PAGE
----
Productivity

From The Tips Box: Upside-Down iPhone Photos, Moving Music Libraries And More

Readers offer their best tips for fixing upside-down iPhone photos, moving your music library to a new place, and storing balls of string in your desk.

Every day we receive boatloads of great reader tips. From the Tips Box is where we round up some of our favourites. Got a tip of your own to share? Add it in the comments or send it using the contact tab on the right.

Fix Upside-Down Photos by Holding Your iPhone “Correctly”

Wunch discovers an annoying iPhone quirk and tells us how to fix it:

I usually prefer to take photos with my iPhone in landscape orientation because most of the time I will be viewing them on a monitor in landscape. However, if you transfer those photos to a Windows PC (via drag&drop from Explorer or email), they sometimes display as being upside-down. The same is true for movies.

This problem arises because the iPhone (ever since iOS 5) tries to save time by not actually rotating the photo or movie, but just storing orientation info in the photo’s EXIF data. Neither the built-in Windows Photo Viewer nor the Explorer thumbnail generator read that info correctly for iPhone photos. (Supposedly if you use the “import photos” feature in Windows, however, it will get rotated correctly).

The fix is to use the mnemonic “right-side up”. Take your photos with the right side of the phone pointing up (and the volume buttons facing down). Ironically, this is the opposite orientation to your intuition if you like to use the volume button as a shutter. Also of note: the awesome Camera+ app doesn’t have this problem.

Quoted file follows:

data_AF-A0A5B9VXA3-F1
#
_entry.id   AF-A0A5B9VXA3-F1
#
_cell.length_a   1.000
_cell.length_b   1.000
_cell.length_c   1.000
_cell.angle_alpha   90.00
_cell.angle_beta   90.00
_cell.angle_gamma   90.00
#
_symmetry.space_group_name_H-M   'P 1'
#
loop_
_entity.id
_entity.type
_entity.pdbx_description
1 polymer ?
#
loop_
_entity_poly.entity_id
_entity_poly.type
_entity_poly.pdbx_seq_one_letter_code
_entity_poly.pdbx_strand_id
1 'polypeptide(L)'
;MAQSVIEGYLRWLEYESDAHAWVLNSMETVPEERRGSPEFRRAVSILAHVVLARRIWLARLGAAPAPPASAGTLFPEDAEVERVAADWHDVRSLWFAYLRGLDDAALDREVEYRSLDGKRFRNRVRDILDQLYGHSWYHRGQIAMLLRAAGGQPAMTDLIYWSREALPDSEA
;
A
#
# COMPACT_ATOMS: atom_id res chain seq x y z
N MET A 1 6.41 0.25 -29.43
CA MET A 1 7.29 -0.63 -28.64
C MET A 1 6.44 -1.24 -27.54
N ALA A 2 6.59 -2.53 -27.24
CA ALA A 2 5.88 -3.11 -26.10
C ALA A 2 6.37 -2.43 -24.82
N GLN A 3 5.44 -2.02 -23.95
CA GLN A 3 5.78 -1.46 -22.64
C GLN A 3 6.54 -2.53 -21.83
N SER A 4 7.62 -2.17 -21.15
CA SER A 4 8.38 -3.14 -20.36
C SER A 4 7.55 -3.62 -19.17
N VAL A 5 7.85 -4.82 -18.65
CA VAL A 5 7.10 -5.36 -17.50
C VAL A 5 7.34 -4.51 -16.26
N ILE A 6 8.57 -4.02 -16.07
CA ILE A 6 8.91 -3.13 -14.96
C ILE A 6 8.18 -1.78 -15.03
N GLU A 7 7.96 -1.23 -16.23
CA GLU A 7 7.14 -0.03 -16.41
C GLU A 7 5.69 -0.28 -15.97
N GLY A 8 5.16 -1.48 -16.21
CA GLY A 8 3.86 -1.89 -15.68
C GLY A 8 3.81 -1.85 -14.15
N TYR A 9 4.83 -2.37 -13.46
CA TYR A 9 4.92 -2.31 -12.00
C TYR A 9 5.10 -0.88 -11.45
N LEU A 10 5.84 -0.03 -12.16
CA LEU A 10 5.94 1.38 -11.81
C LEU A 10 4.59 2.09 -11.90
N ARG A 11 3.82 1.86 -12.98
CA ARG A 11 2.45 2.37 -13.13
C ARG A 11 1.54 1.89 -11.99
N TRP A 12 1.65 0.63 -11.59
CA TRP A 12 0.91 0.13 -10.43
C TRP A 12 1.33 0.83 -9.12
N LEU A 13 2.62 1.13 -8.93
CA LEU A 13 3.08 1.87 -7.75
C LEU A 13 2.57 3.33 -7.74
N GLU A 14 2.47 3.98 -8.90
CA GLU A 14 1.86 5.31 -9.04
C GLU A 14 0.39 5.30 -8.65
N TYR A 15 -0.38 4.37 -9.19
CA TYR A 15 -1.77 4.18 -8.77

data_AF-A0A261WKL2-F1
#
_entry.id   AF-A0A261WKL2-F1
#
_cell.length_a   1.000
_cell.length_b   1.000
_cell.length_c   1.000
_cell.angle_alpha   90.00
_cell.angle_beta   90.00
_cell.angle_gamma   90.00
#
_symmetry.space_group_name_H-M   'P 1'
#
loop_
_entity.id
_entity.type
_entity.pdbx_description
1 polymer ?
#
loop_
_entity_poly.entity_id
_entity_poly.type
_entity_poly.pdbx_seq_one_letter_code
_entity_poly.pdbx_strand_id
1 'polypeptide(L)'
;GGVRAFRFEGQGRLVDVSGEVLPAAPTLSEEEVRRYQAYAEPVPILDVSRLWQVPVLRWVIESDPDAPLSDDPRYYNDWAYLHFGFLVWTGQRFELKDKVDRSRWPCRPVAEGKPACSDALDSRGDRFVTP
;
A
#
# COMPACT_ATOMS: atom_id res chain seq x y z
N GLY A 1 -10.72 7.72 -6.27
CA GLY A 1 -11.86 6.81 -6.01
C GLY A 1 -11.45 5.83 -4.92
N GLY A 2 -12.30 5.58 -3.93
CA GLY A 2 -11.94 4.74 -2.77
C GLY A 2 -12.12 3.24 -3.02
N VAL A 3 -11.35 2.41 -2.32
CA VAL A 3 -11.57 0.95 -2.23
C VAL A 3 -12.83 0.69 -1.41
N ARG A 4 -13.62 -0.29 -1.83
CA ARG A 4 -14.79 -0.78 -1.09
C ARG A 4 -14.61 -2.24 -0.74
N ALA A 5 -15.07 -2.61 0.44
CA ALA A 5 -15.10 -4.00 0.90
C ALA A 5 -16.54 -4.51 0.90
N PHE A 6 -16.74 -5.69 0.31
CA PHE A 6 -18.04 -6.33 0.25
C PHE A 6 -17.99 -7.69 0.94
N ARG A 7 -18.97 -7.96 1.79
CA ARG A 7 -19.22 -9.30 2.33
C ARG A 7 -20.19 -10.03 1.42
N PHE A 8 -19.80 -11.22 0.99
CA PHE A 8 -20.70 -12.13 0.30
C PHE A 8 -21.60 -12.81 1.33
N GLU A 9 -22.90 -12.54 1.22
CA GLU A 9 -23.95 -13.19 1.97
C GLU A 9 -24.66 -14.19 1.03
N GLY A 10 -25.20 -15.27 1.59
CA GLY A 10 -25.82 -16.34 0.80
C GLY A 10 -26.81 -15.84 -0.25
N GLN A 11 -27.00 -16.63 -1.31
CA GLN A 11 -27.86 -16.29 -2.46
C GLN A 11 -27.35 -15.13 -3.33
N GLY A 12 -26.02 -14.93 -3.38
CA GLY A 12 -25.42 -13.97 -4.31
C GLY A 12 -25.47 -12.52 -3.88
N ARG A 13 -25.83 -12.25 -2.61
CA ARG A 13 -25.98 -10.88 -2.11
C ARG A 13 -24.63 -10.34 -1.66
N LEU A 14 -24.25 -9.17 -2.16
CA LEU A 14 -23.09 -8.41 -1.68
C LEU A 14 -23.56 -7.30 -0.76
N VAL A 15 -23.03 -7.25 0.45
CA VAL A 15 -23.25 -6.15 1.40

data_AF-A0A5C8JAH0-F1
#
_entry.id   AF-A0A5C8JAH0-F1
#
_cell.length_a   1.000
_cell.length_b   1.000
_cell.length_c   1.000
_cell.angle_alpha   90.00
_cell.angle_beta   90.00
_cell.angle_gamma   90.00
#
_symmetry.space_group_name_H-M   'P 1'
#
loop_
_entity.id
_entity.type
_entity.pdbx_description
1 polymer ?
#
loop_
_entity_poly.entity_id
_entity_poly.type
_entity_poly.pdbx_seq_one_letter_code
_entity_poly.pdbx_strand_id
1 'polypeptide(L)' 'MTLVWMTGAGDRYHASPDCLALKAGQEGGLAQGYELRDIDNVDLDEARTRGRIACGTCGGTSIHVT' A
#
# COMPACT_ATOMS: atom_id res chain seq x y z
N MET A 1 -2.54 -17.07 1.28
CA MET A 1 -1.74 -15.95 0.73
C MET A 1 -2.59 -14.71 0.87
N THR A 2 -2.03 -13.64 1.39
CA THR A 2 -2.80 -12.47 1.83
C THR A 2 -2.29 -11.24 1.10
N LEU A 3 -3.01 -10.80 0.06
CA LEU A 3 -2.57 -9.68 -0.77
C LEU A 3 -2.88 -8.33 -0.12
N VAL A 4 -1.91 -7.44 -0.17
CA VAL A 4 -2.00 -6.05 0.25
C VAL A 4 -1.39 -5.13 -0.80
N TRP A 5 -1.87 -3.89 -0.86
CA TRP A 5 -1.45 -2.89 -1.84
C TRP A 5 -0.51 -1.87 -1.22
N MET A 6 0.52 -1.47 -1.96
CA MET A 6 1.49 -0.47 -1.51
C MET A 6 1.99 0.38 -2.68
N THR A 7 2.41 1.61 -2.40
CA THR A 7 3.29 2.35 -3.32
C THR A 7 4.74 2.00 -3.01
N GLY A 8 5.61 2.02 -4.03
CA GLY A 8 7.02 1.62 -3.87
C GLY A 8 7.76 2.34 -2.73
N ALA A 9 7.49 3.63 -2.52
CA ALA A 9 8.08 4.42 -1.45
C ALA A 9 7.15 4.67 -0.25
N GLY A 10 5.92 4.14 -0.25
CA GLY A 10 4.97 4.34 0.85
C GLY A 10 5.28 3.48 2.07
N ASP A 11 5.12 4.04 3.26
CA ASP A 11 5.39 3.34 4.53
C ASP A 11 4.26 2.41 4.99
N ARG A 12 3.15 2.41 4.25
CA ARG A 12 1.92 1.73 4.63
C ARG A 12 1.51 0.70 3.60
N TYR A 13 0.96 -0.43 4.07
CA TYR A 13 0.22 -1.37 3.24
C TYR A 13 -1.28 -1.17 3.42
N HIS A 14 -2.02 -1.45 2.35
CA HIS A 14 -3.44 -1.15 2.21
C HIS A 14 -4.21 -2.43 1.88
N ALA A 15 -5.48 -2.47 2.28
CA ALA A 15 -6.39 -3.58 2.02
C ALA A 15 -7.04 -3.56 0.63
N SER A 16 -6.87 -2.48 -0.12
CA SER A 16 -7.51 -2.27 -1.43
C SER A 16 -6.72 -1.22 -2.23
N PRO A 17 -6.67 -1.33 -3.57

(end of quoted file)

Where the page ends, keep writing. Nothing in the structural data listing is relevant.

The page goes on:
Photo by Nico Kaiser.

Give Your Music Folder a Drive Letter for Easy Migration

Dathbe shares a clever way to make your music easy to migrate:

I have, for quite a while, kept my iTunes library on a separate partition on my computer’s hard drive and given it the drive letter M:. Well, recently I decided to move my music to my NAS. Because I had kept my music on a separate drive letter, making that move was super easy. All I had to do was copy the entire partition to my NAS and map the new folder as a network drive with the letter M: so that the file path to my music was identical. iTunes never knew the difference.

Lesson: Give your music its own drive letter and then moving your music library isn’t a hassle.

Alternatively, instead of creating a whole new partition, you can just mount your music folder as if it were a drive and point your media player to that instead of the original folder.

Use an Egg Carton to Easily Store Balls of String

Steve shows us how to store string without it unravelling all over the place:

I wanted a way to stop loosing the end of a ball of string when it went back in the office stationery draw. My first idea was to simply cut a slit into a piece of card and push it thru that, but felt it it would be better connected to the ball in some way. So after looking around at what was available, I settled on one of the centre cones from an egg carton.

After pushing the string thru a cross-shaped slit in the top then squeezing the cone into the centre of the ball, the whole arrangement stays both compact and easily accessible.

Find Out How Many Bookmarks You Have in Google Chrome

The inquisitive guy shares a quick tip for counting up your treasure trove of bookmarks:

If you’re curious to know how many book marks you have, you can always visit the Google Dashboard and see how many (total) bookmarks you have synced. Of course, this only works if you’re signed in and you have it set to sync your bookmarks.

If you aren’t syncing and still want to know, select all of your bookmarks with Ctrl+A or Cmd+A, right click on them, and choose Open Bookmarks. If there are too many, it’ll give an “are you sure” message, telling you how many bookmarks you have.


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